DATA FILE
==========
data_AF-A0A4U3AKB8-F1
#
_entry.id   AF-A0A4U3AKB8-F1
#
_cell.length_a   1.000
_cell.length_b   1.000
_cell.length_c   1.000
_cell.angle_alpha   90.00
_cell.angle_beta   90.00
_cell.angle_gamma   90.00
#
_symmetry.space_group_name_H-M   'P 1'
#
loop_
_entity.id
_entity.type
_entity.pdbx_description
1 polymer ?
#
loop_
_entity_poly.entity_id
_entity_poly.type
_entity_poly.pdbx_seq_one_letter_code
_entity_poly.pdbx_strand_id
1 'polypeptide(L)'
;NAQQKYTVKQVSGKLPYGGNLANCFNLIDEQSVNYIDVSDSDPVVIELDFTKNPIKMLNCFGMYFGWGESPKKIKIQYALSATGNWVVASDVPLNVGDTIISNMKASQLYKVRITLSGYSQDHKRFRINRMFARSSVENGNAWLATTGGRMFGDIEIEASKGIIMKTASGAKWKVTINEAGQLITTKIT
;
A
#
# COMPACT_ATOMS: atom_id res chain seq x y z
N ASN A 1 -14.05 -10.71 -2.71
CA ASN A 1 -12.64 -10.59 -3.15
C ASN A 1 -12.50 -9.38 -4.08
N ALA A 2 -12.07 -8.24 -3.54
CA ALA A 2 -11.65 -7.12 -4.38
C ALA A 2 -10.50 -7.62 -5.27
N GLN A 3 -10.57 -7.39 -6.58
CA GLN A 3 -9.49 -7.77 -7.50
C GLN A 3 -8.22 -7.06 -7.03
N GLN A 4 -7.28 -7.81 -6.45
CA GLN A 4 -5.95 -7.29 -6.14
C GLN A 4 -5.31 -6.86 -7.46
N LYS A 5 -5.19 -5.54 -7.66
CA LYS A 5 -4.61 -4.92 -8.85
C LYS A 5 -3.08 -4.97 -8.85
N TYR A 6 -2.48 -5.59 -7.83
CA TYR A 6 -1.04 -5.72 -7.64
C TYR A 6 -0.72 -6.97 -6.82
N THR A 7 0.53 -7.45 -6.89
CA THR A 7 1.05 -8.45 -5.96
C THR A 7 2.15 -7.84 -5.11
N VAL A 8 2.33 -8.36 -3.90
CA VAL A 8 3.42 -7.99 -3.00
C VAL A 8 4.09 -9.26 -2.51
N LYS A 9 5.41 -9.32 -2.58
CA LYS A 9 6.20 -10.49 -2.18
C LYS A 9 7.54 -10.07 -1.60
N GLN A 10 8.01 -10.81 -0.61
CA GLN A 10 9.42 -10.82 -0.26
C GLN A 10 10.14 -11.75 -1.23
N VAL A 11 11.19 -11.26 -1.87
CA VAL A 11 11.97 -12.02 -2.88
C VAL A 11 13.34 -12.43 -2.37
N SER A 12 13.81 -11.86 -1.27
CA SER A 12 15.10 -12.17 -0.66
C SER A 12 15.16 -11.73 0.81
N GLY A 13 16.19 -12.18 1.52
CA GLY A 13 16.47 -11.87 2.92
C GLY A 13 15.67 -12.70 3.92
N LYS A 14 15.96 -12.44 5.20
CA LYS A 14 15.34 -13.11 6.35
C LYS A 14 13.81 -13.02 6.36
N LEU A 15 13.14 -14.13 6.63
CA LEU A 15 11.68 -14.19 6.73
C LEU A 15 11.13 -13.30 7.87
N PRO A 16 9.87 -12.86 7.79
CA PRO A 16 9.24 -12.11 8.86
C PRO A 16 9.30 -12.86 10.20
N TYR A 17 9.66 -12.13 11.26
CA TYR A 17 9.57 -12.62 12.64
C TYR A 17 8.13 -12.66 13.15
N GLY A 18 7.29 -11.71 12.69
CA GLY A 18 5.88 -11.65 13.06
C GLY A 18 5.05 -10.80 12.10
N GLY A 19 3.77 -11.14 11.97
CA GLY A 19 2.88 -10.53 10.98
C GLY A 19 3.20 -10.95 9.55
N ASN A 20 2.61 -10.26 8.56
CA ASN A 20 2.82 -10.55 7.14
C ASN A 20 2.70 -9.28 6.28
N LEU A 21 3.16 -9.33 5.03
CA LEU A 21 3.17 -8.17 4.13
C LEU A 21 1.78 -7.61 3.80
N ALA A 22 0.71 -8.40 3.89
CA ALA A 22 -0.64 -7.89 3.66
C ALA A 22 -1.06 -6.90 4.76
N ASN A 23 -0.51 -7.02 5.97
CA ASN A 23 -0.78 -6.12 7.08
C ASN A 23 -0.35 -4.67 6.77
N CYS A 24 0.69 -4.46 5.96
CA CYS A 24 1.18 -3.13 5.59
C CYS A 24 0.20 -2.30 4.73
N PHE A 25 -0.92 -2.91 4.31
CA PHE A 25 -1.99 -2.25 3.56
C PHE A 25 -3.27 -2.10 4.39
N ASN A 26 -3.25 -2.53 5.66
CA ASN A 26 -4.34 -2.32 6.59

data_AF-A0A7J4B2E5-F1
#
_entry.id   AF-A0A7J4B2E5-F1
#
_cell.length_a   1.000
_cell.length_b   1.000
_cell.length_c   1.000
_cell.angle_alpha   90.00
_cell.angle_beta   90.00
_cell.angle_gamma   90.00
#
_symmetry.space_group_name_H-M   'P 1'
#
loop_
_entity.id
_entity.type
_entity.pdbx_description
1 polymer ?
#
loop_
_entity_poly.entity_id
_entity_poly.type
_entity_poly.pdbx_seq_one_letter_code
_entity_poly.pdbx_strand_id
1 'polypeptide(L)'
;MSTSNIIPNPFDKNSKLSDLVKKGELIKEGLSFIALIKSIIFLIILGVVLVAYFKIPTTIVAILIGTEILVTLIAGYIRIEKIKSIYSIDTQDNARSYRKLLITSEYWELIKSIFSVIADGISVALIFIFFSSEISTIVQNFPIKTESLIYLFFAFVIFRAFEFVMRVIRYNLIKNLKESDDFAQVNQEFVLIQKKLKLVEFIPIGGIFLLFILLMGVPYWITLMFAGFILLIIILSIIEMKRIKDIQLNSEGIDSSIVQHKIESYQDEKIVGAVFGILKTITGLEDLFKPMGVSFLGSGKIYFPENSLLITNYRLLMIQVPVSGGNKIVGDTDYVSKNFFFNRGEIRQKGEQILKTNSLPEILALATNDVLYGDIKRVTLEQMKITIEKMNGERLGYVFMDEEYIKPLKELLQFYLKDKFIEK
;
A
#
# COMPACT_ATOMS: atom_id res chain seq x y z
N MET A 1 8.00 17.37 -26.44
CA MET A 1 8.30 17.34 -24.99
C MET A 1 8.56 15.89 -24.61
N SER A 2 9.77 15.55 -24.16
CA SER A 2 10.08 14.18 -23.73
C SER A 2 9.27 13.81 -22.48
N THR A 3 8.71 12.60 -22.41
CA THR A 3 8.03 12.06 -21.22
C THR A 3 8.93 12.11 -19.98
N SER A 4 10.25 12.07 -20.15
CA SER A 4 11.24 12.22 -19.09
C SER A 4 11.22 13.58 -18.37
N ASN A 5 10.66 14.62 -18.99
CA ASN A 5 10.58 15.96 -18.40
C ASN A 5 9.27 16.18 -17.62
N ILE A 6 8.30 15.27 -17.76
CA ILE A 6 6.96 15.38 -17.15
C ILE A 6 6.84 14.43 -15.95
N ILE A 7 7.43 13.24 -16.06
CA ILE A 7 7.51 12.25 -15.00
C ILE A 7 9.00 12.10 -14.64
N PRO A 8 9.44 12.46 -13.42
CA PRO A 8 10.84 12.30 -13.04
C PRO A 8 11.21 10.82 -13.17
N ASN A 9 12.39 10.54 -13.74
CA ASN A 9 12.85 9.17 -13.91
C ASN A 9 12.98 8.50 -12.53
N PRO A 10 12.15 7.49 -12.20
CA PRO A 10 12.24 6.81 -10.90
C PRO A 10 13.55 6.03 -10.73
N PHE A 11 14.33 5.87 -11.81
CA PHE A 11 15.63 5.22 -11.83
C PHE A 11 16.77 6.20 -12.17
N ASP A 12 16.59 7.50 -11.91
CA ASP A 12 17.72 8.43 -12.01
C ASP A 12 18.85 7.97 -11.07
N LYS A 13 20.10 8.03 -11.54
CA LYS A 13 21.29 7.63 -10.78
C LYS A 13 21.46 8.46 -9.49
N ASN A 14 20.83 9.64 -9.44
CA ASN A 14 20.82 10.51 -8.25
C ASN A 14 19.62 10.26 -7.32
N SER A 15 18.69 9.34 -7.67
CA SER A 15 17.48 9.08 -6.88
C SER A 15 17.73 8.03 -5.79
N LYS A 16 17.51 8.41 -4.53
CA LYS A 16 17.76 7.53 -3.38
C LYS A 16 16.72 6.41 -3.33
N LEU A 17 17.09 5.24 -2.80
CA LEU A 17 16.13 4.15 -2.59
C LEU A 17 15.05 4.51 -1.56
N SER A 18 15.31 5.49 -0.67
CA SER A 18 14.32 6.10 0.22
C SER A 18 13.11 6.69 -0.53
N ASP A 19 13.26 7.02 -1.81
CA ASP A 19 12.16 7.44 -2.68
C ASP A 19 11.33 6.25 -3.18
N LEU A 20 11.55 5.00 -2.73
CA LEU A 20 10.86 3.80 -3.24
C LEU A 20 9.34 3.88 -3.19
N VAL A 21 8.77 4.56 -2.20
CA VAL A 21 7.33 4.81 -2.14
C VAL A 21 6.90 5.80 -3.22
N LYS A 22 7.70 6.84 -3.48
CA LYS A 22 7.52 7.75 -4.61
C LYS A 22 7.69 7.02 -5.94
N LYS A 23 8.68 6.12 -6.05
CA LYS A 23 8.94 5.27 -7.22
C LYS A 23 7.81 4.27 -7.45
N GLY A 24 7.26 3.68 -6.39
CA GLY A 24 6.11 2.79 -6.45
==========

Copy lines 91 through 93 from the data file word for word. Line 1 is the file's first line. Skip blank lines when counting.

N LEU A 21 3.16 -9.33 5.03
CA LEU A 21 3.17 -8.17 4.13
C LEU A 21 1.78 -7.61 3.80